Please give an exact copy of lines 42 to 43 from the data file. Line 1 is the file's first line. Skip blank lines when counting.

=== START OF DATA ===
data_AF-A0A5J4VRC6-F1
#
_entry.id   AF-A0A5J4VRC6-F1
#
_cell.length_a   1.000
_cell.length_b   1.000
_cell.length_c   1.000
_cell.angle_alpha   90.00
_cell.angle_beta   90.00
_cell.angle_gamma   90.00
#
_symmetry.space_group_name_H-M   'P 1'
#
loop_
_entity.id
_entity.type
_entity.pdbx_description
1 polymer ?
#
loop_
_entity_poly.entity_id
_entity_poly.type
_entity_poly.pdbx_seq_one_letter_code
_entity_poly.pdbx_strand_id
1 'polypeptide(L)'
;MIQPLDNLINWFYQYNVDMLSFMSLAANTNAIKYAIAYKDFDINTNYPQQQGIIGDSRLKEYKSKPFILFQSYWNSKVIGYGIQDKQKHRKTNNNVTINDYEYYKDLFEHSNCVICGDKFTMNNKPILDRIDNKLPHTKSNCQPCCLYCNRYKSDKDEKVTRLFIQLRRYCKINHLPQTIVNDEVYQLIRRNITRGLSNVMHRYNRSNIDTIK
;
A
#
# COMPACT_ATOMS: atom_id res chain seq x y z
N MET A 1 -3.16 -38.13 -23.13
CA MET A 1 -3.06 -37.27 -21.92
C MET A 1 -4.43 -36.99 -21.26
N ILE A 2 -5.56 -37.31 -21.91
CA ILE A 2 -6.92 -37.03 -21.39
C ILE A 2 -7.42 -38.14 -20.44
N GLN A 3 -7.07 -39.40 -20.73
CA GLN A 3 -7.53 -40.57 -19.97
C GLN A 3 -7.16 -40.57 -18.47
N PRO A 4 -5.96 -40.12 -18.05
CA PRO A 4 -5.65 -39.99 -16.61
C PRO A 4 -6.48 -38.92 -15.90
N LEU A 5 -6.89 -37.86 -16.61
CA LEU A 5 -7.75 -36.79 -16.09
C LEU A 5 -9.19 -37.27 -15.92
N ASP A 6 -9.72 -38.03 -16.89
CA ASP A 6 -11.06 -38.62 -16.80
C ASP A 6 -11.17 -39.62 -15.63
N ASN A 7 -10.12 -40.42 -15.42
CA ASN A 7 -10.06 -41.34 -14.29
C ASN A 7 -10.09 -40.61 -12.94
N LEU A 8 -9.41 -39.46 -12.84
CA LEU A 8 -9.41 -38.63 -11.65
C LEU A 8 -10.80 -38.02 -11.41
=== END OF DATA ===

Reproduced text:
C PRO A 4 -6.48 -38.92 -15.90
N LEU A 5 -6.89 -37.86 -16.61